Can Entertainment Bring Families Together in a Time of Austerity

In this serious grown up world of austerity, have families lost the ability to be playful, or do we come together to laugh in the face of adversity? Acting the Party is trying to engage the latter.

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UK (PRWEB UK) 16 December 2013

Christmas and Birthday celebrations are often conceived as a social imperative, a time for families to enjoy each other’s company, be playful, and have ‘quality time’ together. It is often said that ‘you discover more about a person in a hour of play than in a year of conversation.’ But are emotional and financial pressures overshadowing the elements of frivolity and play?

And so too now, it seems, the simple evening out. Take an evening of ten-pin bowling for instance; an average £10 per head. Likewise the cinema; a family of five can pay about £40, include drinks or snacks it could easily reach £60 or more. West End theatre tickets have always been premium, but even local venues are becoming too expensive for families. A nice meal accompanying a lovely day out (that doesn’t involve chicken nuggets) is now often denied.

So how does a family spend their time together in the current financial climate?

Perhaps, staying in is the new going out. Families curled up enjoying a film on TV, Netflix, or DVD, or perhaps playing computer games. However, with this entertainment the level of interaction between family members is reduced. Board games have the added bonus of possibly educating as well as entertaining but these are not suitable for all ages, and many competitive games can lead to friction, especially between siblings. Nonetheless play, of different kinds, to a family can have much worth.

In his paper 'The Importance of Play', Dr David Whitebread, (University of Cambridge) - play can be divided into five broad types:

“Physical play, play with objects, symbolic play, pretence/ socio-dramatic play and games with rules. Although each type of play has a main developmental function or focus, arguably all of them support aspects of physical, intellectual and social-emotional growth. From all the available evidence, a balance of experience of each of these types of play is likely to be beneficial to children’s development.”

Claire Hainstock, founder of a new business: Acting the Party, recognised that play, light-hearted teasing, banter and the ability to laugh can be affirming and a wonderful way to bring a family together, and created a product that provides alternative entertainment for families and children’s birthday parties.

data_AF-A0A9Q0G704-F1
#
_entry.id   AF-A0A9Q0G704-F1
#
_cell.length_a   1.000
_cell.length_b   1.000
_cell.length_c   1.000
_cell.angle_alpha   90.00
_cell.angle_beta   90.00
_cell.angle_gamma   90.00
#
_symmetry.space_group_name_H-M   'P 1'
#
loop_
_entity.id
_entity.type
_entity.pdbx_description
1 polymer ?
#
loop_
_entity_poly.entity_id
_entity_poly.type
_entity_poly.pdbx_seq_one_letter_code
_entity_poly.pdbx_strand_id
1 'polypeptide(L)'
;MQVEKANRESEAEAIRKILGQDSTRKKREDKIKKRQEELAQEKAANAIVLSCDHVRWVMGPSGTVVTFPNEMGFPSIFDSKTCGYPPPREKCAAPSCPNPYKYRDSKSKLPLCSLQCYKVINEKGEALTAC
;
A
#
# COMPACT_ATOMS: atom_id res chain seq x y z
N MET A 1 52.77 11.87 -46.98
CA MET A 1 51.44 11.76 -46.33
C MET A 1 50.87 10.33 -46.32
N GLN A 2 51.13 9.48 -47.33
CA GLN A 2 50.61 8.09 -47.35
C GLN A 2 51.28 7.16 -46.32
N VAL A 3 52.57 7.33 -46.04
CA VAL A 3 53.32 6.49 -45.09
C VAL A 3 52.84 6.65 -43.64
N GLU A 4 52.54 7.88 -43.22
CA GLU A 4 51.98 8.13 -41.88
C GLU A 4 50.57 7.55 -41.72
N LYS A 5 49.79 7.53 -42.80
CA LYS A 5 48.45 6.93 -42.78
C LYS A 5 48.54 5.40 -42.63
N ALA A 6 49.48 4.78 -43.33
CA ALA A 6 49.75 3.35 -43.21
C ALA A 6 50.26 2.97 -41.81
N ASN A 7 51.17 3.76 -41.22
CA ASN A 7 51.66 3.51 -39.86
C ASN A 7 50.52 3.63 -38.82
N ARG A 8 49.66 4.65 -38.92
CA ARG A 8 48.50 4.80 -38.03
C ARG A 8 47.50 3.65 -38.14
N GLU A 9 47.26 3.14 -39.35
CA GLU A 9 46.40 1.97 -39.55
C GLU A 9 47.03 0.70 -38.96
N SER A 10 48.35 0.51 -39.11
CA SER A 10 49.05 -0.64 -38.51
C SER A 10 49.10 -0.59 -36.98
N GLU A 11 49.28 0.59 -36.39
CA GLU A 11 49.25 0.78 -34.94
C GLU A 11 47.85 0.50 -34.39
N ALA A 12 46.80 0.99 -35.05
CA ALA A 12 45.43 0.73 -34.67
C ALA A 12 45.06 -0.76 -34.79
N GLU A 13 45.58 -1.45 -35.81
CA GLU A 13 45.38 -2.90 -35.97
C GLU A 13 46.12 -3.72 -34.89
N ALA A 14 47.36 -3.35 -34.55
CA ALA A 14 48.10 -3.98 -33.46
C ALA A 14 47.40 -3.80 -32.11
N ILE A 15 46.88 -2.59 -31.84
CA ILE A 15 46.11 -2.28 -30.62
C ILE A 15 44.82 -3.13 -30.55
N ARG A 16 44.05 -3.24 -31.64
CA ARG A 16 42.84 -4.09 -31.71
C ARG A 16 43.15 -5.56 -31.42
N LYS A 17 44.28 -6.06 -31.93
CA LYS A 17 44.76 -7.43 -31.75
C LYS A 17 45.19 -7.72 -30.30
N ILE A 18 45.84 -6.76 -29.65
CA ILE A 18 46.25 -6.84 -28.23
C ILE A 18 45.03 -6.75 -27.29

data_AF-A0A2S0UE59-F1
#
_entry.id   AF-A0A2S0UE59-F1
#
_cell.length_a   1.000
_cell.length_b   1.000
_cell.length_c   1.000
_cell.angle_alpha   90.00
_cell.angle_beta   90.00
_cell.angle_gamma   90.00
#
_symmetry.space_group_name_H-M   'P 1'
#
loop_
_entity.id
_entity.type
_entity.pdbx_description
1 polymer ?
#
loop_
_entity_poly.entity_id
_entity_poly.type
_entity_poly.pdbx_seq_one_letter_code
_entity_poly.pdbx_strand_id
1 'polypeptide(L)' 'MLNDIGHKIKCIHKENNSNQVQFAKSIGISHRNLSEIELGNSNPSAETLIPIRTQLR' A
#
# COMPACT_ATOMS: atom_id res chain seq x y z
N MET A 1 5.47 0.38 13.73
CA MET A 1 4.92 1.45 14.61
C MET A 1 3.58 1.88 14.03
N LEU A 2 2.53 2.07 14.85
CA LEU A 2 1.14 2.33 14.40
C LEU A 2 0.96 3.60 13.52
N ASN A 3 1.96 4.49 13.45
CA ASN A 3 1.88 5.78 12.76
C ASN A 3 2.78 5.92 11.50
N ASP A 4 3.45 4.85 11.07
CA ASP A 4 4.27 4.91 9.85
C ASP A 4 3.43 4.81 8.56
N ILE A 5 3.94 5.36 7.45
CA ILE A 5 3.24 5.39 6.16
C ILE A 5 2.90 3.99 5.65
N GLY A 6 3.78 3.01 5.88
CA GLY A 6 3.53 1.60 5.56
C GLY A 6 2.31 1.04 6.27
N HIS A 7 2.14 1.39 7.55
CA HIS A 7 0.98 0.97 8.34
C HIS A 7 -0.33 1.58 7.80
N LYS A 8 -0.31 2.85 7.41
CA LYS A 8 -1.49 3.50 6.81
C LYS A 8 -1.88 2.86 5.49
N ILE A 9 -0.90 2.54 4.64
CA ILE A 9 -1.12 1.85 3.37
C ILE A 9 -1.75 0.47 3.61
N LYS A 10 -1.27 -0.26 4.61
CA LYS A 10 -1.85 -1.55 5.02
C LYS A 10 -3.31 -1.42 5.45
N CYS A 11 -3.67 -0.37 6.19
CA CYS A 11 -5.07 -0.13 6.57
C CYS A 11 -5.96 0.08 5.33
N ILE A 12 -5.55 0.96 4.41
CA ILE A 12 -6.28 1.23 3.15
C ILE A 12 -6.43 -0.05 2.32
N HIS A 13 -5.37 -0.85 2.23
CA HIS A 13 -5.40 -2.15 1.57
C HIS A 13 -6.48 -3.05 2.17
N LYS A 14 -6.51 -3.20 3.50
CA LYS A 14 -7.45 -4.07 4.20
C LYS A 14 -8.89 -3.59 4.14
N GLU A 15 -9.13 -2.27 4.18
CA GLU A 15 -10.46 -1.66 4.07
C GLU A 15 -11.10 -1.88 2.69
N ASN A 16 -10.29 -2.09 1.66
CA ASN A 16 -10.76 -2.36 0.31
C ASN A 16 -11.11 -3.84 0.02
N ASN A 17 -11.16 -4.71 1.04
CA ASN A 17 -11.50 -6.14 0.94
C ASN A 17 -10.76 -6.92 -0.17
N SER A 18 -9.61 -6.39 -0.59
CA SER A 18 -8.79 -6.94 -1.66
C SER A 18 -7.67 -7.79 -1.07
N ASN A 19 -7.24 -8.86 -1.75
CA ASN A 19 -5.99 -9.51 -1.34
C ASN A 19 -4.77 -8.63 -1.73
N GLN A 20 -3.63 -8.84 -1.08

Acting the Party produces audio fantasy stories for children to role-play and perform along to. “Think ‘Peter and the Wolf’ or a radio drama, with gentle prompts for actions,” says Claire.

“I wanted parents to manage their children’s party entertainment at home, keeping the costs down, but then went on to produce entertainment for the whole family to join in. ”

The family game, entitled “The Infamous Gathering” is narrated by Graham Seed, better known as Nigel Pargetter in The Archers on BBC Radio 4.

‘The Infamous Gathering’ was written with the basic Cinderella theme in mind.

“I wanted to write something that could entertain young and old alike and I realised that Pantomimes tend to be enjoyed by all ages, keeping the subtle cynical overtone that pantomimes do so well - jokes over the heads of children - whilst keeping adults entertained. And from my own family’s experience, Christmas time is we tend to play games.”

As well as the audio, “The Infamous Gathering” contains themed games, riddles, singing, dancing and a treasure hunt for the whole family to participate. Complementing the narration are sound effects and music all on a small, re-usable USB memory stick.

So you can enjoy being playfully interactive whilst at the same time helping your family’s development too. Not bad for less than half the price of one West End theatre ticket.

“The Infamous Gathering” and other titles can currently be purchased at http://www.actingtheparty.co.uk Follow Claire on Twitter @actingtheparty


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